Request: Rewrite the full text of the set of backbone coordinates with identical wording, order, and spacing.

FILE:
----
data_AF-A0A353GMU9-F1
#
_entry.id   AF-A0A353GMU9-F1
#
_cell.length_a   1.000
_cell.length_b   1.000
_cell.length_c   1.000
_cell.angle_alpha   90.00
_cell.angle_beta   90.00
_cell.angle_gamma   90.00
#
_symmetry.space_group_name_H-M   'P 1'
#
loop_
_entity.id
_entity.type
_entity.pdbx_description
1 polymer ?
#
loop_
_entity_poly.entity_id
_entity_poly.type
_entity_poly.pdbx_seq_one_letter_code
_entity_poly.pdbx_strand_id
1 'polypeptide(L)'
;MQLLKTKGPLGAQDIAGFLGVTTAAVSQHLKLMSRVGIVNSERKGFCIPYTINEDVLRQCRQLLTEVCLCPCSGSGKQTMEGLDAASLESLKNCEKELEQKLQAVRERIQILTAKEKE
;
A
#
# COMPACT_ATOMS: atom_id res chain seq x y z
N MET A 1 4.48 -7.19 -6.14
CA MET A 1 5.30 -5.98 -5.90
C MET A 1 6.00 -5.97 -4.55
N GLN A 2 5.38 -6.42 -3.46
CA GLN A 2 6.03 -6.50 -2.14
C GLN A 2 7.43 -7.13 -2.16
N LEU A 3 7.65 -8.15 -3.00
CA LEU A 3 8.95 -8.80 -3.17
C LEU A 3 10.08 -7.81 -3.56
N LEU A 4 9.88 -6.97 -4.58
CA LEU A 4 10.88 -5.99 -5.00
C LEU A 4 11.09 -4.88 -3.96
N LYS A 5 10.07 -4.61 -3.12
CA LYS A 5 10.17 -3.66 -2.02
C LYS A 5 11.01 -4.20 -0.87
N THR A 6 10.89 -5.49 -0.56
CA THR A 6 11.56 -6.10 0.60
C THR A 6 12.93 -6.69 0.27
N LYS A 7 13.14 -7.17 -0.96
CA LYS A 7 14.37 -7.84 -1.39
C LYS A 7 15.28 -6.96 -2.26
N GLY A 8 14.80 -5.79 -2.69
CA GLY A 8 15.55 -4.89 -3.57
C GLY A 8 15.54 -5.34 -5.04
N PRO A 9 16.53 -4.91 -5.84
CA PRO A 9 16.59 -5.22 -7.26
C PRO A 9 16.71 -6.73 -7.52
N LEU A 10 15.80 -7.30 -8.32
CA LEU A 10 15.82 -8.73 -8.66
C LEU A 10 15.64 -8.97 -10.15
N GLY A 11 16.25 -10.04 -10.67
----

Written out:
data_AF-A0A353GMU9-F1
#
_entry.id   AF-A0A353GMU9-F1
#
_cell.length_a   1.000
_cell.length_b   1.000
_cell.length_c   1.000
_cell.angle_alpha   90.00
_cell.angle_beta   90.00
_cell.angle_gamma   90.00
#
_symmetry.space_group_name_H-M   'P 1'
#
loop_
_entity.id
_entity.type
_entity.pdbx_description
1 polymer ?
#
loop_
_entity_poly.entity_id
_entity_poly.type
_entity_poly.pdbx_seq_one_letter_code
_entity_poly.pdbx_strand_id
1 'polypeptide(L)'
;MQLLKTKGPLGAQDIAGFLGVTTAAVSQHLKLMSRVGIVNSERKGFCIPYTINEDVLRQCRQLLTEVCLCPCSGSGKQTMEGLDAASLESLKNCEKELEQKLQAVRERIQILTAKEKE
;
A
#
# COMPACT_ATOMS: atom_id res chain seq x y z
N MET A 1 4.48 -7.19 -6.14
CA MET A 1 5.30 -5.98 -5.90
C MET A 1 6.00 -5.97 -4.55
N GLN A 2 5.38 -6.42 -3.46
CA GLN A 2 6.03 -6.50 -2.14
C GLN A 2 7.43 -7.13 -2.16
N LEU A 3 7.65 -8.15 -3.00
CA LEU A 3 8.95 -8.80 -3.17
C LEU A 3 10.08 -7.81 -3.56
N LEU A 4 9.88 -6.97 -4.58
CA LEU A 4 10.88 -5.99 -5.00
C LEU A 4 11.09 -4.88 -3.96
N LYS A 5 10.07 -4.61 -3.12
CA LYS A 5 10.17 -3.66 -2.02
C LYS A 5 11.01 -4.20 -0.87
N THR A 6 10.89 -5.49 -0.56
CA THR A 6 11.56 -6.10 0.60
C THR A 6 12.93 -6.69 0.27
N LYS A 7 13.14 -7.17 -0.96
CA LYS A 7 14.37 -7.84 -1.39
C LYS A 7 15.28 -6.96 -2.26
N GLY A 8 14.80 -5.79 -2.69
CA GLY A 8 15.55 -4.89 -3.57
C GLY A 8 15.54 -5.34 -5.04
N PRO A 9 16.53 -4.91 -5.84
CA PRO A 9 16.59 -5.22 -7.26
C PRO A 9 16.71 -6.73 -7.52
N LEU A 10 15.80 -7.30 -8.32
CA LEU A 10 15.82 -8.73 -8.66
C LEU A 10 15.64 -8.97 -10.15
N GLY A 11 16.25 -10.04 -10.67